Joanna, who had frozen with horror in her spot high on the ladder, thanked not only God, but all the gods and goddesses that she'd ever heard of for that one piece of luck. She thought that maybe, if she stayed as still as a statue, she might go undetected. Maybe he was just depositing his papers and then he would leave....
Holding her breath, she barely opened the eyes she'd squeezed shut and peered at his imperial magnificence through tiny slits, trying to get an impression of what the devil actually looked like in human form.
She couldn't help herself. Her eyes shot wide open, completely of their own accord. Dear heaven, but he was the finest-looking man she'd ever laid eyes on in her life, and that was saying something. Italy was filled with men who might have been models for Michelangelo's "David."
Not one could compare to Guy de Salis.
It wasn't that he looked anything like the "David." It was simply that he possessed an innate grace and power that she'd seen in no one else.
His face had strong character in its own right, yet its symmetry made it beautiful at the same time. A natural wave of thick dark hair rose from his brow and fell back to sweep behind one well-shaped ear. Straight brows slashed over his lowered eyes, which she guessed were probably the same dark shade of sherry as his son's. His nose, the bridge narrow, ran in a straight line to the tip, the nostrils finely drawn.
His mouth was Miles's--wide, the lower lip slightly fuller--but oh, how different the shape looked on this man. There was no softness here, no innocence, and the firm, square chin indicated a will of iron.
Joanna shivered as if a cold wind had just run down her back.
He suddenly stood and turned to the window, his head slightly bowed, one hand pushing back his coat and resting on his hip. Joanna's gaze traveled with a practiced, unembarrassed ease over the broad shoulders that created a perfect triangle when drawn in geometric proportions down to his lean waist and hips. Strong thighs finished off the entire impression of symmetry, once again the proportions just right compared to the more slender but equally muscular length of calf.
She had to forcibly push away the automatic awe that her artist's eye induced--he was a cad and a blackguard, and on top of that a terrible father, she reminded herself firmly.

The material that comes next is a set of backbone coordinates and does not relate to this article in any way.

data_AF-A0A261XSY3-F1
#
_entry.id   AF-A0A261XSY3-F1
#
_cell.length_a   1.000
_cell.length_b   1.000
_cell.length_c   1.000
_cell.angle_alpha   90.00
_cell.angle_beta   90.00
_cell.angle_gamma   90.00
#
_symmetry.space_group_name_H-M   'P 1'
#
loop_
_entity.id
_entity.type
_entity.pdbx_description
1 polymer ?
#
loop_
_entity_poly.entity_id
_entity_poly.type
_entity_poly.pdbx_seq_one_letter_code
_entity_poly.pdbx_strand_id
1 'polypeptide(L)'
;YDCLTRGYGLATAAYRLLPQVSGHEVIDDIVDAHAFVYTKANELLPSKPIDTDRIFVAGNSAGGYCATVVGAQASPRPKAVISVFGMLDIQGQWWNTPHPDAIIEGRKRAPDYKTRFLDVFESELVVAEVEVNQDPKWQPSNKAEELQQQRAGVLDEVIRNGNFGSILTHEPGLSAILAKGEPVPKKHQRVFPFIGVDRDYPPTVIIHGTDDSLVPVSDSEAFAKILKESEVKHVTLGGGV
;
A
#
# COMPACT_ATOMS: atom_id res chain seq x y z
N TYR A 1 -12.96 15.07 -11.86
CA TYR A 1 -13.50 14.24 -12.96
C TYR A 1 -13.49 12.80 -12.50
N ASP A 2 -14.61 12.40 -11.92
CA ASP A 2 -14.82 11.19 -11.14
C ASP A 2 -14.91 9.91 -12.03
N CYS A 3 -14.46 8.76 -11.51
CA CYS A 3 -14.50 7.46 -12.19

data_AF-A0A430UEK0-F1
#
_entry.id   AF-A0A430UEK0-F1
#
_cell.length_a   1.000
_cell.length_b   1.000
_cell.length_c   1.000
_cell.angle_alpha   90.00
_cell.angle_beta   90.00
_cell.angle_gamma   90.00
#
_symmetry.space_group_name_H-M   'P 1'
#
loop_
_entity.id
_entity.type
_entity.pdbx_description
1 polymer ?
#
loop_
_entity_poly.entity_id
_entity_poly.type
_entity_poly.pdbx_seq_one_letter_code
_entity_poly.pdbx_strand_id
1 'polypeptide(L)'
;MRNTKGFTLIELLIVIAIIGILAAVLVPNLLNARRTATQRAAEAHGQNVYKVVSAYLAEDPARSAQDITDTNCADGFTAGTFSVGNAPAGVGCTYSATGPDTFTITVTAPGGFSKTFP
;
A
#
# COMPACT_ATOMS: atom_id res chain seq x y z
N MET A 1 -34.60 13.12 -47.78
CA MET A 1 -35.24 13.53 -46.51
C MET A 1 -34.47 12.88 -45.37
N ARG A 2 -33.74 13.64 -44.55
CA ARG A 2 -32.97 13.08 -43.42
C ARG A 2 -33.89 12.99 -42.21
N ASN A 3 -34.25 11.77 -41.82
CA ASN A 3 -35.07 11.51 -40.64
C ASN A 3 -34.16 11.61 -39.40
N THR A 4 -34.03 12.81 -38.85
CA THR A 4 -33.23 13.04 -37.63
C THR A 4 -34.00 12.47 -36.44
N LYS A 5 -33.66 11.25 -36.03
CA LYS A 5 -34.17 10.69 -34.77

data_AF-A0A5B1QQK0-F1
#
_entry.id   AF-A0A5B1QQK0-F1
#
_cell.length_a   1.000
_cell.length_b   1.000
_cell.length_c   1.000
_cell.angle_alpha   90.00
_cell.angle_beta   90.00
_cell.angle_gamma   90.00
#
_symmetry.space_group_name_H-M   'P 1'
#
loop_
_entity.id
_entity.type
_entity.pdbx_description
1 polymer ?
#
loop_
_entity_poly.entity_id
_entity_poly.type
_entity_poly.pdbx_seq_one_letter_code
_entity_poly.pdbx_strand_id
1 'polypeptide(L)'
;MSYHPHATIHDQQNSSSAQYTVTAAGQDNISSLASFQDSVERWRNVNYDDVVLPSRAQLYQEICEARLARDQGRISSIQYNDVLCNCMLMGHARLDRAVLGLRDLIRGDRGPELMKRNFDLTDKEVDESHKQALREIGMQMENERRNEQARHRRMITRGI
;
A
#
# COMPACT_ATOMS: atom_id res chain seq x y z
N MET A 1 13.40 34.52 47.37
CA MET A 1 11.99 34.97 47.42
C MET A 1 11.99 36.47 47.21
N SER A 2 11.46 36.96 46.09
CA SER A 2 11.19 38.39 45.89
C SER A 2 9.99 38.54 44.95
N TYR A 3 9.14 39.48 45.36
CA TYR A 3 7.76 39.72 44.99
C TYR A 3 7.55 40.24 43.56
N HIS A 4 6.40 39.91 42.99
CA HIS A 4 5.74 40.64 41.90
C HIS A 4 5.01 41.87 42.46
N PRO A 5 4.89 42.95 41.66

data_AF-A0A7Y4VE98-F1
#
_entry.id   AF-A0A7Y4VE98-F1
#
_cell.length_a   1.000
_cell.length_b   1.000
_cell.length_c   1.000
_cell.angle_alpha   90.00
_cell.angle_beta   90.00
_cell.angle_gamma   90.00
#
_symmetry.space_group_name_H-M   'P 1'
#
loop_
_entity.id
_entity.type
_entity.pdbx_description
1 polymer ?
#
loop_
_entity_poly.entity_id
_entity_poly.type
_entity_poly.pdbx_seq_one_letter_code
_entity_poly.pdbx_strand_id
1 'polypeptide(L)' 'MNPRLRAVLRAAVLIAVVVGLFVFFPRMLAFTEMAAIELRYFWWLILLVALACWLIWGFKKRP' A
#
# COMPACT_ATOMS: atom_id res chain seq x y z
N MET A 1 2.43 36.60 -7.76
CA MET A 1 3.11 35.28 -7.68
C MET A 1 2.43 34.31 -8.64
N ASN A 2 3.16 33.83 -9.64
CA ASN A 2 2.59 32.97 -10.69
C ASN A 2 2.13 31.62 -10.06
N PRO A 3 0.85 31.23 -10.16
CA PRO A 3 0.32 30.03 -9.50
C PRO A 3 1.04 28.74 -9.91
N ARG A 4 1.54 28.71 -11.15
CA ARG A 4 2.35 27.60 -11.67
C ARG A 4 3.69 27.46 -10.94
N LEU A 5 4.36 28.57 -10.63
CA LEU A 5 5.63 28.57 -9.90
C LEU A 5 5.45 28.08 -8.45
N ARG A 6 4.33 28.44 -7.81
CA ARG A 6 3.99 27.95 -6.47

For the first time Joanna understood why her cousin had fallen head over heels in love at first sight: Guy de Salis was just the sort of man Lydia had been looking for, the prince among princes, dark and powerful, vaguely dangerous.
Lydia had just forgotten about the darkest and most dangerous of princes when she'd gone seeking, and Joanna wished to heaven that she'd been there to warn her.
Exhaling loudly, he moved back to the desk and slumped into the chair, the heel of his hand pressed against his forehead.
If Joanna hadn't known better, her heart probably would have gone out to him; he looked so defeated and miserable that any person with an ounce of compassion would have been tempted to comfort him. But anger also showed in the tight line of his mouth, the tense set of his shoulders.
He picked up the heap of paper in front of him, staring down at it, then abruptly tossed it down again, his fist striking the pile as if he wished to pound it into oblivion.
"Damn you, Lydia!" he roared. "Dear God, will you never leave me in peace?"
Joanna stared, horrified. If she'd needed confirmation that Lydia's husband despised his wife, he'd just given it to her. Fury surged through every fiber of her being until she, too, shook from head to toe. If she'd had a gun in her hand, she'd probably have shot him dead on the spot.
"How dare you?" she cried, forgetting in her rage that she was supposed to be hiding from him. "I ought to throw this book directly at your head, but I have too much respect for good artwork!"
His head shot up and he looked straight at the bookcase, his hands gripping the edge of the desk as he half-rose, his gaze steadily climbing until it settled full on her face.
Joanna was prepared for anything but what happened next.
First came the impact of his eyes when they met hers. Dark as a moonless night, they lacked no inner fire. For one suspended second of time she thought they might burn straight through her, consume her with their intensity. She felt utterly stripped, as if his gaze had peeled away her skin, turned her bones to ash, exposing her unwilling soul to his view.
Next came the realization that she'd imagined it all--the truth was that he'd turned white as a sheet and looked as if he might be sick.
"Lydia?" The single word came out in a ragged whisper. He rose and moved over to the bookshelf, his eyes never leaving hers. "Oh, God--Lydia? It cannot be.... I--I must be dreaming." He clutched the bottom of the ladder with both hands.
She managed to resist the temptation to play Lydia's ghost, despite how instructive it might have been. "No, Lord Greaves," she said from her seat. "Not Lydia."